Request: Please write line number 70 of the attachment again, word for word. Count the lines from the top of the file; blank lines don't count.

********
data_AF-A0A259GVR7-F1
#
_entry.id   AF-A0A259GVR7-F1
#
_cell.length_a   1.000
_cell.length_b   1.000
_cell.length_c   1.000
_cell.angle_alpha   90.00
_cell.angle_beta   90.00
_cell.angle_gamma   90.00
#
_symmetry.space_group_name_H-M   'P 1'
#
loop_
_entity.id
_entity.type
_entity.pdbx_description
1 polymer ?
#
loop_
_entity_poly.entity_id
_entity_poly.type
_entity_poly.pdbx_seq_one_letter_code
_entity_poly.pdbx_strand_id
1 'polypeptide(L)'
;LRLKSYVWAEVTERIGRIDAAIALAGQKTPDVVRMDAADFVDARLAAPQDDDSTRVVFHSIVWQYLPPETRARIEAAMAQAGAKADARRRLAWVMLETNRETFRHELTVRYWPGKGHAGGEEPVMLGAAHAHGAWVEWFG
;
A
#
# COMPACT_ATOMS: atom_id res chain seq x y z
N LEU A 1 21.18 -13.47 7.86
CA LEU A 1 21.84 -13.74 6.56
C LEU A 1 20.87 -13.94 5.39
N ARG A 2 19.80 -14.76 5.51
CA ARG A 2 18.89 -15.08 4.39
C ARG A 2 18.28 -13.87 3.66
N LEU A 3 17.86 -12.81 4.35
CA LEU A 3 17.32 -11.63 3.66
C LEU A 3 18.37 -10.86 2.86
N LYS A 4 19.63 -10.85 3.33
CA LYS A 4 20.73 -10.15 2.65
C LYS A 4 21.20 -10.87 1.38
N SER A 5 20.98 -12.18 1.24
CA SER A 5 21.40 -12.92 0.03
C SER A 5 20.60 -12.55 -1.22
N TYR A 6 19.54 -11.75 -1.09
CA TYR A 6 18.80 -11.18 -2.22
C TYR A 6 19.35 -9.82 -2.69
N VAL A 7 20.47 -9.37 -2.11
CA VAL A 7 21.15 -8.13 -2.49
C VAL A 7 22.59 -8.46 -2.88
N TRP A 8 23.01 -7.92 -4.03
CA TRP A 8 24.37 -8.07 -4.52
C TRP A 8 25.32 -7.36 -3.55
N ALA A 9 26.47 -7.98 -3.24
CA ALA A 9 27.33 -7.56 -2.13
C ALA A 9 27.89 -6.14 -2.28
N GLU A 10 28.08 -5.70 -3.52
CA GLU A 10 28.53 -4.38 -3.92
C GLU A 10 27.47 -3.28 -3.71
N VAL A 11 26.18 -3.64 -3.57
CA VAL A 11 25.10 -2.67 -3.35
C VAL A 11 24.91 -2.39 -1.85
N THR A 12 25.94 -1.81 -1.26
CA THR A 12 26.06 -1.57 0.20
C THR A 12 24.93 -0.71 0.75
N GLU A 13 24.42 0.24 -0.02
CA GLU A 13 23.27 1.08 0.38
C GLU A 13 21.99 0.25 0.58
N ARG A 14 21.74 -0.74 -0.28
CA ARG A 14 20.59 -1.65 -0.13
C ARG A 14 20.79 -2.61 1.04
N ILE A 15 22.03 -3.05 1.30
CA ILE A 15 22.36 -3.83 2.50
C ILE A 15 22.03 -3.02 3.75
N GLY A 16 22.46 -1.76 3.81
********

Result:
N ARG A 14 21.74 -0.74 -0.28